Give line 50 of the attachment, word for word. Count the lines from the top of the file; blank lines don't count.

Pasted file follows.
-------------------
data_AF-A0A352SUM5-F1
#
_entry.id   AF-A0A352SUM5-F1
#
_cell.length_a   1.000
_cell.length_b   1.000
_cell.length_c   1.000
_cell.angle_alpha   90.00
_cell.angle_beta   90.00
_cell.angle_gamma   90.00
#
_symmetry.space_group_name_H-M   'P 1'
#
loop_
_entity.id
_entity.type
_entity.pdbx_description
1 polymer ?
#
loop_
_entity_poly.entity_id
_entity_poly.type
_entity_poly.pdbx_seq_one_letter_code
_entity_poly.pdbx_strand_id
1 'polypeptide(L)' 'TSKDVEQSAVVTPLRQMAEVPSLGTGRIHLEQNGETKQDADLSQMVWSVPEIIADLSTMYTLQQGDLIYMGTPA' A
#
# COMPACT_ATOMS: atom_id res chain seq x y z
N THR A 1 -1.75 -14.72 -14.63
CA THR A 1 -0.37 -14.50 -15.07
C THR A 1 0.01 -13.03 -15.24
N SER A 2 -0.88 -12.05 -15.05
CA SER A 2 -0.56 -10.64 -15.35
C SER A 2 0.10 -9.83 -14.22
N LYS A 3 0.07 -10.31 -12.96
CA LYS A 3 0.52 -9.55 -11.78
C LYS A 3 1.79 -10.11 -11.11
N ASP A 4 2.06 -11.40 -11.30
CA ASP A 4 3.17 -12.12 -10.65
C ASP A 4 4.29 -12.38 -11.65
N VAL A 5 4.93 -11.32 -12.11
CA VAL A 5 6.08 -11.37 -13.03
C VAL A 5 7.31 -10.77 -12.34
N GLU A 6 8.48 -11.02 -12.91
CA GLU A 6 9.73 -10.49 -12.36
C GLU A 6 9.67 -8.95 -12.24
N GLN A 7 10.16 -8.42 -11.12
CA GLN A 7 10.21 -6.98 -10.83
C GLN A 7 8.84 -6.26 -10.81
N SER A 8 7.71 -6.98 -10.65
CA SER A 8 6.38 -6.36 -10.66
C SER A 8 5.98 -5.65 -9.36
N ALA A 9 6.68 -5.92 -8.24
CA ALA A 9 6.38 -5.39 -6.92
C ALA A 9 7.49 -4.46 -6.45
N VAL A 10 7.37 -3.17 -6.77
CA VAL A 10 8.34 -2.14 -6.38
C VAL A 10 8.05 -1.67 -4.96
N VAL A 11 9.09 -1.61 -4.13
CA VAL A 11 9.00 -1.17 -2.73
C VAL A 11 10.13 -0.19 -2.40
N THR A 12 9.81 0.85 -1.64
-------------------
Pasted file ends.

CA SER A 8 6.38 -6.36 -10.66